Always Support a Tall Wall

by Toolbox Staff

This letter of apology was written and provided by 938769 Alberta Ltd. and published in agreement with the Alberta Department of Justice and Occupational Health and Safety.

On April 11, 2013, a co-worker was fatally injured on a new home construction site in Priddis, Alberta, when a two-storey wall came down, pinning her underneath.

When we got to work at 7:30 a.m., it was snowing, making the ground soft and muddy. We started the day with a discussion about how we would erect a two-storey wall. We all agreed that lifting the wall manually was the only option as we had tried to get the zoom boom close to the house for the lift but, due to the site not being backfilled and the ground being soft, it kept getting stuck. We determined we could not use wall jacks either as the wall was too tall to make them work.

We talked about how to lift the wall manually and what to do in the event we could not lift it. The crew and I made a plan – if the wall became too heavy, we would step aside and drop the wall on the sawhorses that were already being used to prop up the wall.

We made sure to clean the floor of any materials to ensure there were no tripping hazards before we began the lift. Two co-workers and I began lifting the wall and a fourth worker joined in after she finished moving material clear. About halfway through the lift, the wall became too heavy for us to continue and we all decided to drop the wall on the count of three. I made sure to yell out what was going to happen and everyone confirmed they heard me.
We started the countdown to three and dropped the wall. As the wall fell, I and two co-workers stepped clear. After the wall was down, we realized our other co-worker had not stepped clear and was pinned underneath it.

Immediately after the accident, job procedures were revised, with a greater focus on procedures for lifting tall walls, including never lifting manually without proper machinery and equipment.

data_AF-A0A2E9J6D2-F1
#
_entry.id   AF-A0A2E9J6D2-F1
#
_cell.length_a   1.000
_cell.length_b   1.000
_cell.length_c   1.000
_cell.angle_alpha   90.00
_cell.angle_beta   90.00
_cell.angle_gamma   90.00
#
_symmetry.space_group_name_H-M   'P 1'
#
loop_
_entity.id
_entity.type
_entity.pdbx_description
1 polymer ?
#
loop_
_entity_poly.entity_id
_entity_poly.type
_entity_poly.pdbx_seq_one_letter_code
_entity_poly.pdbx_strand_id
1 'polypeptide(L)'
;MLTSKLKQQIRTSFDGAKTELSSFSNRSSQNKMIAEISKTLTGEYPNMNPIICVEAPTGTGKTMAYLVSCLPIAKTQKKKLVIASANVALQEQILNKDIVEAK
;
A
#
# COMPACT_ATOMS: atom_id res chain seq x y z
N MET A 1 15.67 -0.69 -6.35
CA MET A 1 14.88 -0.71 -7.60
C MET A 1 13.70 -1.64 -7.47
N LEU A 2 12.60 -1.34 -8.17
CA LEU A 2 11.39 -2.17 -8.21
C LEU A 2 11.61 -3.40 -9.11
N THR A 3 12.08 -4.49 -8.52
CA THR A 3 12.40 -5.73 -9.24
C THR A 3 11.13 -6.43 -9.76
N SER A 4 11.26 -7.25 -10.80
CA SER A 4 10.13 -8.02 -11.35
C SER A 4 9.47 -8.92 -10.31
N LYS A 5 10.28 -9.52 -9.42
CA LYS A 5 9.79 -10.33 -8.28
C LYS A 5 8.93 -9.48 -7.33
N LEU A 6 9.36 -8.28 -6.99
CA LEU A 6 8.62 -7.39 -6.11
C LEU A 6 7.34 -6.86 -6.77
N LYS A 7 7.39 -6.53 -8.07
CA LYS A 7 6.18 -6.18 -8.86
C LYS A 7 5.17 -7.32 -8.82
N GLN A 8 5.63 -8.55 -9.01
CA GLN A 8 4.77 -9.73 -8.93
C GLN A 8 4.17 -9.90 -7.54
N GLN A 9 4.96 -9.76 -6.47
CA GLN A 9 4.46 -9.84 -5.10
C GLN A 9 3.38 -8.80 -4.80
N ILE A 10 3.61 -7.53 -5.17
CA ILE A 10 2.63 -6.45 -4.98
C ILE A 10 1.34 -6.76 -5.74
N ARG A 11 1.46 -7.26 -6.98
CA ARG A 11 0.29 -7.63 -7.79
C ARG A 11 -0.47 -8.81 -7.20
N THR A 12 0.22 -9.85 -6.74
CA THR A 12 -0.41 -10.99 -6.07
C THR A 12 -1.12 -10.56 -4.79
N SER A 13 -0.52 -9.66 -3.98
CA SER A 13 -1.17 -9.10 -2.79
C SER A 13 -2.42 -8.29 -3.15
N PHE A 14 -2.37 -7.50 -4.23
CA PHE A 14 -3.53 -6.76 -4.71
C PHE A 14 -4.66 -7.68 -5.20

Procedures for every job must be read and understood by all contractors and daily hazard assessments sheets must be filled out. We continue with daily task meetings and reviewing safety policies and procedures.

Don’t take things you have done many times for granted. Safety must come first. Don’t get pressured into working on sites that are not ready to be worked on. Always complete a pre-job assessment and follow all procedures on the job. Shortcuts only lead to accidents. Incidents can be prevented by taking the right steps. I am personally thankful for working with the Alberta Construction Safety Association (ACSA) in creating a better company safety plan. The safety plan that we have created will hopefully help others, as it has helped me with more knowledge of safety.

I think the biggest consequence was the loss of life of a co-worker. With the memories of the offence fresh in mind, and knowing the loss the family must still be going through, I am truly heavy-hearted and saddened, and I wish this tragic accident didn’t happen.

I hope that other crews will learn from my mistake, and that this never happens to anyone else. I write this letter to raise awareness of the dangers in residential construction for both framing companies and builders. Do not make the same mistake I did. Everyone’s safety on the job site should not be taken for granted.

Daren McClintock
938769 Alberta Ltd.

On September 15, 2016, 938769 Alberta Ltd. pled guilty to charges under section 2(1)(a)(i) of the Occupational Health and Safety Act. The resulting sentence to 938769 Alberta Ltd by Alberta Justice was a fine of $100,000 and 18 months’ Corporate Probation.

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